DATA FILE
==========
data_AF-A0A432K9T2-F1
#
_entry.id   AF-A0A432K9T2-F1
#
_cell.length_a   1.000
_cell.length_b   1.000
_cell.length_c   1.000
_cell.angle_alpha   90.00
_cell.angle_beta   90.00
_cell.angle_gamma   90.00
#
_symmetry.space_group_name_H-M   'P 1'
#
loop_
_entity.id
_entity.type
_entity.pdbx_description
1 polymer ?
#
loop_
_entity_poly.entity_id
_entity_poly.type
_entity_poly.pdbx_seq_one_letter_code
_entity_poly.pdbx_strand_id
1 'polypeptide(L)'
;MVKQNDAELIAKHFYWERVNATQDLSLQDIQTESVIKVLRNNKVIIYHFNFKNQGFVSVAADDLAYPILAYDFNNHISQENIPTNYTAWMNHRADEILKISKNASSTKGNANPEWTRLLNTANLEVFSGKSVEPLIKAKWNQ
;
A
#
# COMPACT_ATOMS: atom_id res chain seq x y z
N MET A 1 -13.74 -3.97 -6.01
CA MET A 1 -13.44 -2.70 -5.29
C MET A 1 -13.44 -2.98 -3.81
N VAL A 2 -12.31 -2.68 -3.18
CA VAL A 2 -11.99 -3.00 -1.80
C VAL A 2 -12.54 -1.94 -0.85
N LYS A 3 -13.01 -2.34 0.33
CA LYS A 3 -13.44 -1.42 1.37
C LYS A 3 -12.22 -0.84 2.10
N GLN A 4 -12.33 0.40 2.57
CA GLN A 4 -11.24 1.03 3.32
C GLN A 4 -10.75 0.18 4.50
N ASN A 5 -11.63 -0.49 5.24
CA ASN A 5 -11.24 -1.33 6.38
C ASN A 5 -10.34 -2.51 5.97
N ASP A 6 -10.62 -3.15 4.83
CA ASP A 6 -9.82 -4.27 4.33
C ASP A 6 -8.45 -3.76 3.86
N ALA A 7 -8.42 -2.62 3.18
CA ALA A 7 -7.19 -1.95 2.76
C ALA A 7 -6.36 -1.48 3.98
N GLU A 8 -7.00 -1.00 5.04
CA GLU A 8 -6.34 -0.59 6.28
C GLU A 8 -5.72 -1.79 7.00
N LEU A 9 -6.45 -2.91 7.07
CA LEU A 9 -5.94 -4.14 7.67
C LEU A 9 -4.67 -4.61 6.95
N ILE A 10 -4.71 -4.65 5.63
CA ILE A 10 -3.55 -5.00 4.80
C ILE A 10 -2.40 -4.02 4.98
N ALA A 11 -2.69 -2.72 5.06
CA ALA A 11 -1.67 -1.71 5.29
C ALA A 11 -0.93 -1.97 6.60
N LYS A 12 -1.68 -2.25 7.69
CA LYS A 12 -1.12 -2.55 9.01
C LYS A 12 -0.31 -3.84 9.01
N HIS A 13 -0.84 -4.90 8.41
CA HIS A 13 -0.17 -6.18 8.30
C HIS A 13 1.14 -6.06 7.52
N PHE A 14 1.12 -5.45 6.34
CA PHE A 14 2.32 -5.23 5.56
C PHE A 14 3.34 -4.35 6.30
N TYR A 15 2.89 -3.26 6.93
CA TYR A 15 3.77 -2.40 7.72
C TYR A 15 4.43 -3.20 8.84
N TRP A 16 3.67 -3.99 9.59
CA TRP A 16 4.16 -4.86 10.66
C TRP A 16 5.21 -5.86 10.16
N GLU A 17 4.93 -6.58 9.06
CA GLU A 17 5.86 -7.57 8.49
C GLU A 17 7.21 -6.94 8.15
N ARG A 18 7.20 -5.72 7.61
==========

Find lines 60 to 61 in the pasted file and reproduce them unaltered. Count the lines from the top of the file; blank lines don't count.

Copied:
C ILE A 10 -2.40 -4.02 4.98
N ALA A 11 -2.69 -2.72 5.06